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Star Trek: Freedom's Price
(© Robert Denham)

Page 2

McCoy dropped himself into the easy chair and folded his arms. "I’m hungry; thought you might want to go down and grab a bite to eat with me."

Kirk pursed his lips at the thought and gazed at McCoy, one of his oldest friends and former shipmate. He grinned. "You just don’t want to go down and get stared at by the crew, all by yourself." He lifted his cup in McCoy’s direction. "Would you like a cup of coffee? It’s good; I can vouch for that much."

"Sure, thanks; cream, no sugar." McCoy noted that Kirk’s hair, while still for the most part its natural brown, was at last beginning to show deep flecks of gray and white, peppering the darker locks. About damn time, he thought, with mild humor.

Kirk rose and went to the replicator slot. "Coffee, cream;" he said. In seconds, he’d returned with the steaming cup. "It’s incredible, really; all you do is say what you want, and the replicator takes over from there. No more data disks. McCoy nodded approvingly, expressed his thanks and took a tentative sip. "Not bad."

"You said you were hungry; how about some cookies to go with the coffee?" Kirk returned to the replicator slot. "Computer;" he said.

"Working," came the natural-sounding reply, a relaxed, youngish male voice.

"What kinds of baked goods—specifically, cookies—are available?"

The computer voice reeled off a list of the types of cookies it had available for consumption. Kirk paused it at oatmeal raisin.

"Oatmeal raisin cookies," he said, a tad mockingly, "…for the healthy choice…doctor…?"

McCoy made a comically disgusted face; "Hell, no; oatmeal’s something you eat for breakfast, not in a cookie. And I hate raisins."

Kirk grinned; "What, Bones…you don’t want to live to be 110?"

The doctor shook his head; "Why the hell would anybody wanna live to be that goddamned old? Make it chocolate chip…dark, not milk or white…with nuts. Good old Georgia pecans, not walnuts or those damned macadamias."

Kirk chuckled and placed the order, which was affirmed; in seconds, a plate of six large, warm cookies appeared which he presented, with a flourish, to the skeptical doctor. McCoy took one, broke it in half, made a show of fastidiously dunking it into his coffee, and bit into it. His face registered impressed pleasure. "Pretty good, for a hunk of circuits. But then, compared to the food on our old ship, it could only get better."

A comfortable silence descended between the old friends; no awkward searching for a topic to address. They sipped their coffee and munched their cookies, and simply let the quiet spin out around them.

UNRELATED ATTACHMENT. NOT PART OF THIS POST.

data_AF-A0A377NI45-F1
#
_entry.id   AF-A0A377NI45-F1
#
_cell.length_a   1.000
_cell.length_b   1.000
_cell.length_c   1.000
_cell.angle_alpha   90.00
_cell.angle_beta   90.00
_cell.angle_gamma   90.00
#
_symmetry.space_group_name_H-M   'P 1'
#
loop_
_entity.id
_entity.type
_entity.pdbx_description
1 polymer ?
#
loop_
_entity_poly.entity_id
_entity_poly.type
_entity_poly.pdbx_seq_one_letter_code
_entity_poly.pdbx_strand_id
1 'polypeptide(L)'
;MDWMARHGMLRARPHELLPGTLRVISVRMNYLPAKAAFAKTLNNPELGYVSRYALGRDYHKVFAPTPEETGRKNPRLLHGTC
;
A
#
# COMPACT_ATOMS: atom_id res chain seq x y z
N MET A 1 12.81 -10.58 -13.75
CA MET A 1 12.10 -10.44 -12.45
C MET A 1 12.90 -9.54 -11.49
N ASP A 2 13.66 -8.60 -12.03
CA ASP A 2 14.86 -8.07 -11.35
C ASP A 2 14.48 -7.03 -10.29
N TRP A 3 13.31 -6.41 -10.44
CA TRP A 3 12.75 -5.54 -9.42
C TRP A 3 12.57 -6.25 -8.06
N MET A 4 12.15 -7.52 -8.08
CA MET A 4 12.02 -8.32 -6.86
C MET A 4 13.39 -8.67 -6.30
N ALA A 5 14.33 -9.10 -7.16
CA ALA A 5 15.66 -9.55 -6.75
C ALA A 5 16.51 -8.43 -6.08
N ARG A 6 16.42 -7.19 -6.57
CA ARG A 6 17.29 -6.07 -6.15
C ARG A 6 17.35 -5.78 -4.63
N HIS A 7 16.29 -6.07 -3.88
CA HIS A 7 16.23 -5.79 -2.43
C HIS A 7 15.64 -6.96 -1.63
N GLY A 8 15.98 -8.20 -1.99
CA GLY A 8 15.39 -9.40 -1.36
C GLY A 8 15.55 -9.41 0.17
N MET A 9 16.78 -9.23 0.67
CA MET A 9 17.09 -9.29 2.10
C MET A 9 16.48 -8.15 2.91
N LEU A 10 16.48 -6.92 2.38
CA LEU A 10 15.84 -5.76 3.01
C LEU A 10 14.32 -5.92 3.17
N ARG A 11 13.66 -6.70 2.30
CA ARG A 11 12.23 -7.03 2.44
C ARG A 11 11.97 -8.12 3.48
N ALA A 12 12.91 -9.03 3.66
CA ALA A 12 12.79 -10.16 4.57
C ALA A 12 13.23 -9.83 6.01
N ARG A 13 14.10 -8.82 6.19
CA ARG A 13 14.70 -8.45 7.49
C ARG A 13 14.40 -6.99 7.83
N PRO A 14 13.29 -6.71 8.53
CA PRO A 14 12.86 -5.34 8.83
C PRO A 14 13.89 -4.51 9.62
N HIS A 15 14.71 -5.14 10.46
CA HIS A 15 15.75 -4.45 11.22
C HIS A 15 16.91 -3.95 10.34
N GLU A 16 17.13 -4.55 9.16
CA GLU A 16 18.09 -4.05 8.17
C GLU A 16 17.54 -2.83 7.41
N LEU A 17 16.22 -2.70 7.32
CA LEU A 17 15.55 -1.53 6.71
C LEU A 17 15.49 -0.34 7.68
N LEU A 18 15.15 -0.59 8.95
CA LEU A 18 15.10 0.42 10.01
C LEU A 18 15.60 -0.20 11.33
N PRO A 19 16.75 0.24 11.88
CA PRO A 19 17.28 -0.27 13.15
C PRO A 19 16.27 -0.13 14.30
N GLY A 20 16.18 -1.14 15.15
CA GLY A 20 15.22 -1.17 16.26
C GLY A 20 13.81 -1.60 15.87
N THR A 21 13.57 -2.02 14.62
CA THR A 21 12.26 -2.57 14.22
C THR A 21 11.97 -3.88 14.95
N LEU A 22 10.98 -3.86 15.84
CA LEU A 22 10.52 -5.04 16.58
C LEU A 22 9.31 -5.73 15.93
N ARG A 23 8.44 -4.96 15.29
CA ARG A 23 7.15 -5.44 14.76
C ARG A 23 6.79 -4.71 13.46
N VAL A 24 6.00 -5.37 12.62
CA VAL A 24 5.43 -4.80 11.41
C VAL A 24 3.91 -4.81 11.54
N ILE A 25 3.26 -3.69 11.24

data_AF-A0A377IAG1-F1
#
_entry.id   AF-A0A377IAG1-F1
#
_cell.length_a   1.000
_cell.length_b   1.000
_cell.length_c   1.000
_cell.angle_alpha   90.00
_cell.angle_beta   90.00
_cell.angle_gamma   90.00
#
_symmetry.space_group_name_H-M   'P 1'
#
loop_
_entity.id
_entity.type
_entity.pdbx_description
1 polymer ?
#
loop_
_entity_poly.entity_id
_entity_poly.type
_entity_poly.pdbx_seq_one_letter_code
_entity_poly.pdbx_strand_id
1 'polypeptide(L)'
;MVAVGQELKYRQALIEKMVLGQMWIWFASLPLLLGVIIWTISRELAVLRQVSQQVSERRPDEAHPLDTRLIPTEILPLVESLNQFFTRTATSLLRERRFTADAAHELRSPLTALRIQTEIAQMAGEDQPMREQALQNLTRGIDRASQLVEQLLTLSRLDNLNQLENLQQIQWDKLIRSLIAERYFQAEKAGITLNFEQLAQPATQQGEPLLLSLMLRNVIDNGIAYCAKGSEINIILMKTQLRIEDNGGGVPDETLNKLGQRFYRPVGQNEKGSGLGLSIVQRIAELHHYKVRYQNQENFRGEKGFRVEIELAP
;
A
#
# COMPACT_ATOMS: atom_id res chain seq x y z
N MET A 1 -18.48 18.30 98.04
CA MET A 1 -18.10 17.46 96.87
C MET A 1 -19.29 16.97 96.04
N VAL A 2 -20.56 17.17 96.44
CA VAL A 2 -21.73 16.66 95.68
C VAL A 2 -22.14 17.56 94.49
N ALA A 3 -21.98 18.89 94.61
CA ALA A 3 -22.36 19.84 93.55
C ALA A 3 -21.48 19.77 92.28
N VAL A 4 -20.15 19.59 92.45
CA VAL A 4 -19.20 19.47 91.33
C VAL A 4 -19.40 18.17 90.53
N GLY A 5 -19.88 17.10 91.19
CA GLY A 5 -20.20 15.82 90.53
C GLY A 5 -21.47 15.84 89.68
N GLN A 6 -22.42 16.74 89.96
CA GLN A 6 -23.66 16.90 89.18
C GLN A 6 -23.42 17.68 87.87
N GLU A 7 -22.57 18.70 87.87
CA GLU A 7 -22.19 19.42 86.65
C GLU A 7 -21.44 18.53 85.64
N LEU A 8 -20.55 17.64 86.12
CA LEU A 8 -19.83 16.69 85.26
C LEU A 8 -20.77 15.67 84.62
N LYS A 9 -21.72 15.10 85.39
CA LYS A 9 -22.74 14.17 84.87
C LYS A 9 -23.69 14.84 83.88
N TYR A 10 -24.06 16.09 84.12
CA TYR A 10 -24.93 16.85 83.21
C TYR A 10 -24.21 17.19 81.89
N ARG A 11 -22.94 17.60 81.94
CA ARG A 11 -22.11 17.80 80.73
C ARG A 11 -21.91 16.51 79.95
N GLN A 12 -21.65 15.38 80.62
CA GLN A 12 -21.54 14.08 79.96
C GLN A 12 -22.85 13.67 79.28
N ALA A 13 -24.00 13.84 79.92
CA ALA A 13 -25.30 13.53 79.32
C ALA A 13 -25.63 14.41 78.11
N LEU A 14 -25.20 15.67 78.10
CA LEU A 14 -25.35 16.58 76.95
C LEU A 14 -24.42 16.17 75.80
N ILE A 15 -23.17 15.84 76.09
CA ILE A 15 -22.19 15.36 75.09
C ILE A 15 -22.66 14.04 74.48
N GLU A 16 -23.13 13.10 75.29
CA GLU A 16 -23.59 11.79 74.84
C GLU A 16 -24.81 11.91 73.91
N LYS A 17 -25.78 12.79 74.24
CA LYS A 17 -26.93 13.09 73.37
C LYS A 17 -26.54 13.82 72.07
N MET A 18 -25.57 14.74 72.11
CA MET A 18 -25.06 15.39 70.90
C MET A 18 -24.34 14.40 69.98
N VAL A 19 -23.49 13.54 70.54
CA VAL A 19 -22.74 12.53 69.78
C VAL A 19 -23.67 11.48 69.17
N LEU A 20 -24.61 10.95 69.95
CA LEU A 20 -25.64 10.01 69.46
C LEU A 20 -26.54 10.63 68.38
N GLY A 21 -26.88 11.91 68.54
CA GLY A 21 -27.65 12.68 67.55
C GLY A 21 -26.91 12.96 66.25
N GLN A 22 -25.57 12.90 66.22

At length, and with a heavy sigh, McCoy spoke; "This is boring…I don’t think I’ve ever been on a starship where the trip was so boring."

"That’s because you’re used to being on duty on those starships;" Kirk replied, his tone lightly matter-of-fact. "You’re used to holding a post; having a job to do. Here, you’re just a passenger."

McCoy shrugged and nodded sluggishly. "I guess," he said, his voice muffled behind the rim of his cup, raised to his lips.

Kirk bit his cookie and smiled again. Silence, once more.

After a few minutes, McCoy sat forward and gazed at Kirk; "So, why’re you holed-up in here? There’s a whole ship, chock-full of adoring Starfleet personnel awaiting the opportunity to catch a glimpse of the legendary James T. Kirk." He grinned sarcastically, and with a slight flourish of his own, took a short, exaggerated tug at his coffee, then raised his cup, slightly, as if in salute. "My old buddy Jim, muse to a generation of Starfleet cadets."

"That’s why I’m holed-up in here," Kirk said mildly and without hesitation and rose, turning to the viewport and the beautifully, colorfully warp-dopplered stars sliding past beyond. He stared out, and sipped from his own cup.

"I can remember my father telling Sam and me about the year he spent as First Officer of the USS KELVIN, under Captain Richard Robau; how boring it was. ‘Nothing exciting ever happened on the KELVIN’, he said. Told us it was the longest year he’d ever spent at a posting. As soon as an Executive Officer position came open on the REPUBLIC, he put in, and was transferred."

[ Continue to page 3 ]

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Type:Long story
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